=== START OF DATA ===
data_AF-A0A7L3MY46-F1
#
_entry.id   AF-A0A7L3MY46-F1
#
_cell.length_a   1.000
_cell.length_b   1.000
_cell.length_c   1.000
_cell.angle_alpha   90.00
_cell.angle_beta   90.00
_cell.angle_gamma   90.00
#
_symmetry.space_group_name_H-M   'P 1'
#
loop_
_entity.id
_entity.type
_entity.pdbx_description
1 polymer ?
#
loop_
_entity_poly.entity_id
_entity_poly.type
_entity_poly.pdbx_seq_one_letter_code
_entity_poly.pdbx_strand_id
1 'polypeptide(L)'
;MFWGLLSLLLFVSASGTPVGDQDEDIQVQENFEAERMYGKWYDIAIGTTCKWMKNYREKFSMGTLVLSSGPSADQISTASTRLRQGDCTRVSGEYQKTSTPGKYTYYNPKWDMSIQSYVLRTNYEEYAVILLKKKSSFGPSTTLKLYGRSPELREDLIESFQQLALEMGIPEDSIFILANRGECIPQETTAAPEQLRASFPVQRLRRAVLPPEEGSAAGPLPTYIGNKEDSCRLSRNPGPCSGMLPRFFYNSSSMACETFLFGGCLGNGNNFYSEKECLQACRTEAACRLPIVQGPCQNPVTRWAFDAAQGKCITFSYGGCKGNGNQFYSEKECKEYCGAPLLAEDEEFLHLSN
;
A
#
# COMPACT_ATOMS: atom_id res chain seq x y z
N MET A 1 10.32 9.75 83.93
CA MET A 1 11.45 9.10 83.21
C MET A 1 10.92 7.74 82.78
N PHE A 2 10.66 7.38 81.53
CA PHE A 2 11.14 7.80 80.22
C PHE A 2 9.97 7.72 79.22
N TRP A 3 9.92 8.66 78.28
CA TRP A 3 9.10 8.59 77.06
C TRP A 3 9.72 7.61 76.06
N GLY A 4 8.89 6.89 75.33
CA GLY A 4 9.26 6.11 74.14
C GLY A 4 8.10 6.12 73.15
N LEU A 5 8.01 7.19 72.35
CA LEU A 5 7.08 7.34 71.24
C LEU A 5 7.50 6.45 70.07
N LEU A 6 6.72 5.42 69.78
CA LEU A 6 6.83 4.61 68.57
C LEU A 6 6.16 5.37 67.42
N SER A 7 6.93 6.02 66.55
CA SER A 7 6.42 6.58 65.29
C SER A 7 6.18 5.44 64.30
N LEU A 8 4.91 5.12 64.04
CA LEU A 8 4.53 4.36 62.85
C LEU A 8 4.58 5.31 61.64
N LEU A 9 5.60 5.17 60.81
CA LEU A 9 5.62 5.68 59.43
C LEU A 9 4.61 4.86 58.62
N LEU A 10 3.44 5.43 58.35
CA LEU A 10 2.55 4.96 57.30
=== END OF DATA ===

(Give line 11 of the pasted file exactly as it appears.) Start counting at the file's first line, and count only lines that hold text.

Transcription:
#